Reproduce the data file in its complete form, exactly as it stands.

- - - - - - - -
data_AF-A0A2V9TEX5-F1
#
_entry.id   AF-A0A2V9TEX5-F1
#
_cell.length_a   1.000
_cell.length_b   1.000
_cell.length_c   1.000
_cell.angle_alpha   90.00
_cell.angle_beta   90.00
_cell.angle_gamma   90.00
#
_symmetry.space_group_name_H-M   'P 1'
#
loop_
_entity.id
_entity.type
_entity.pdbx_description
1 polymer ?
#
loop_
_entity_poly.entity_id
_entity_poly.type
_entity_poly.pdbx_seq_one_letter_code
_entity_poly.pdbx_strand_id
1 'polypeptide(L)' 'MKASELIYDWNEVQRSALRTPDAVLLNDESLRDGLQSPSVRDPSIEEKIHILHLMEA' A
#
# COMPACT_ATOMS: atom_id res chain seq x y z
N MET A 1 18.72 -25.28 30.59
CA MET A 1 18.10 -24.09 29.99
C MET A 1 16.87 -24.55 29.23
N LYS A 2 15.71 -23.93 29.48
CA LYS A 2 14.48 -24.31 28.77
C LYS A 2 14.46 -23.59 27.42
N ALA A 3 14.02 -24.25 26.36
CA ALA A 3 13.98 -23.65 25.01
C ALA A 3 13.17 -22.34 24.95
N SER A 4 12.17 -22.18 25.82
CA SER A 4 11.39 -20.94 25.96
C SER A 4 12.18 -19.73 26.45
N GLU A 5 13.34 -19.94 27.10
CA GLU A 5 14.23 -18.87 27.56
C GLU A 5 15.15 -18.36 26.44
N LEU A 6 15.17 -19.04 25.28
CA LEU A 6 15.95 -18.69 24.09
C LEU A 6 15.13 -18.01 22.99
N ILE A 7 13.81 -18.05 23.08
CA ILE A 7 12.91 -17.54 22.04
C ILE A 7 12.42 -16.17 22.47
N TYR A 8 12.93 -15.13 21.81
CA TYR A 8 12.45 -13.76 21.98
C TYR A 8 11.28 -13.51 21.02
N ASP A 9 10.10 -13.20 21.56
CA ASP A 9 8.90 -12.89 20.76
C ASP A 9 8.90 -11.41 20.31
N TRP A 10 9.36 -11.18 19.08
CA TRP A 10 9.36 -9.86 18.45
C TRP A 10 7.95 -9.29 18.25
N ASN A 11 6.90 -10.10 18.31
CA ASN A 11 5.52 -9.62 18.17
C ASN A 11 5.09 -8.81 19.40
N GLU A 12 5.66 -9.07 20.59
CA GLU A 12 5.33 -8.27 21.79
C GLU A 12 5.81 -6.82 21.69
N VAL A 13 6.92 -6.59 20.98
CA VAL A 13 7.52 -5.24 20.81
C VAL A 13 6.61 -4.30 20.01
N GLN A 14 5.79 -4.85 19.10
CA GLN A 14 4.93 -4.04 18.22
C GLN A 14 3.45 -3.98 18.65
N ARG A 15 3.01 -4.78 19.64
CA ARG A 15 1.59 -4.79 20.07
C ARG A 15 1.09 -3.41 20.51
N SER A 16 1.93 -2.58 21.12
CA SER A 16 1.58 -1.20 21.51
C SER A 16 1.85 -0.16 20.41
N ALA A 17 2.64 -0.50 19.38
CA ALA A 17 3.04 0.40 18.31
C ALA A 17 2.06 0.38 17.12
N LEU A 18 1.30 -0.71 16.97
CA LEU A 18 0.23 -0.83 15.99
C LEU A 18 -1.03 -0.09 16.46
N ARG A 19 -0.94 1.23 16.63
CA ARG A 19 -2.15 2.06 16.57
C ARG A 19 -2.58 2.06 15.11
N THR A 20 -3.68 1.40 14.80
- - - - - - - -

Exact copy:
data_AF-A0A2V9TEX5-F1
#
_entry.id   AF-A0A2V9TEX5-F1
#
_cell.length_a   1.000
_cell.length_b   1.000
_cell.length_c   1.000
_cell.angle_alpha   90.00
_cell.angle_beta   90.00
_cell.angle_gamma   90.00
#
_symmetry.space_group_name_H-M   'P 1'
#
loop_
_entity.id
_entity.type
_entity.pdbx_description
1 polymer ?
#
loop_
_entity_poly.entity_id
_entity_poly.type
_entity_poly.pdbx_seq_one_letter_code
_entity_poly.pdbx_strand_id
1 'polypeptide(L)' 'MKASELIYDWNEVQRSALRTPDAVLLNDESLRDGLQSPSVRDPSIEEKIHILHLMEA' A
#
# COMPACT_ATOMS: atom_id res chain seq x y z
N MET A 1 18.72 -25.28 30.59
CA MET A 1 18.10 -24.09 29.99
C MET A 1 16.87 -24.55 29.23
N LYS A 2 15.71 -23.93 29.48
CA LYS A 2 14.48 -24.31 28.77
C LYS A 2 14.46 -23.59 27.42
N ALA A 3 14.02 -24.25 26.36
CA ALA A 3 13.98 -23.65 25.01
C ALA A 3 13.17 -22.34 24.95
N SER A 4 12.17 -22.18 25.82
CA SER A 4 11.39 -20.94 25.96
C SER A 4 12.18 -19.73 26.45
N GLU A 5 13.34 -19.94 27.10
CA GLU A 5 14.23 -18.87 27.56
C GLU A 5 15.15 -18.36 26.44
N LEU A 6 15.17 -19.04 25.28
CA LEU A 6 15.95 -18.69 24.09
C LEU A 6 15.13 -18.01 22.99
N ILE A 7 13.81 -18.05 23.08
CA ILE A 7 12.91 -17.54 22.04
C ILE A 7 12.42 -16.17 22.47
N TYR A 8 12.93 -15.13 21.81
CA TYR A 8 12.45 -13.76 21.98
C TYR A 8 11.28 -13.51 21.02
N ASP A 9 10.10 -13.20 21.56
CA ASP A 9 8.90 -12.89 20.76
C ASP A 9 8.90 -11.41 20.31
N TRP A 10 9.36 -11.18 19.08
CA TRP A 10 9.36 -9.86 18.45
C TRP A 10 7.95 -9.29 18.25
N ASN A 11 6.90 -10.10 18.31
CA ASN A 11 5.52 -9.62 18.17
C ASN A 11 5.09 -8.81 19.40
N GLU A 12 5.66 -9.07 20.59
CA GLU A 12 5.33 -8.27 21.79
C GLU A 12 5.81 -6.82 21.69
N VAL A 13 6.92 -6.59 20.98
CA VAL A 13 7.52 -5.24 20.81
C VAL A 13 6.61 -4.30 20.01
N GLN A 14 5.79 -4.85 19.10
CA GLN A 14 4.93 -4.04 18.22
C GLN A 14 3.45 -3.98 18.65
N ARG A 15 3.01 -4.78 19.64
CA ARG A 15 1.59 -4.79 20.07
C ARG A 15 1.09 -3.41 20.51
N SER A 16 1.93 -2.58 21.12
CA SER A 16 1.58 -1.20 21.51
C SER A 16 1.85 -0.16 20.41
N ALA A 17 2.64 -0.50 19.38
CA ALA A 17 3.04 0.40 18.31
C ALA A 17 2.06 0.38 17.12
N LEU A 18 1.30 -0.71 16.97
CA LEU A 18 0.23 -0.83 15.99
C LEU A 18 -1.03 -0.09 16.46
N ARG A 19 -0.94 1.23 16.63
CA ARG A 19 -2.15 2.06 16.57
C ARG A 19 -2.58 2.06 15.11
N THR A 20 -3.68 1.40 14.80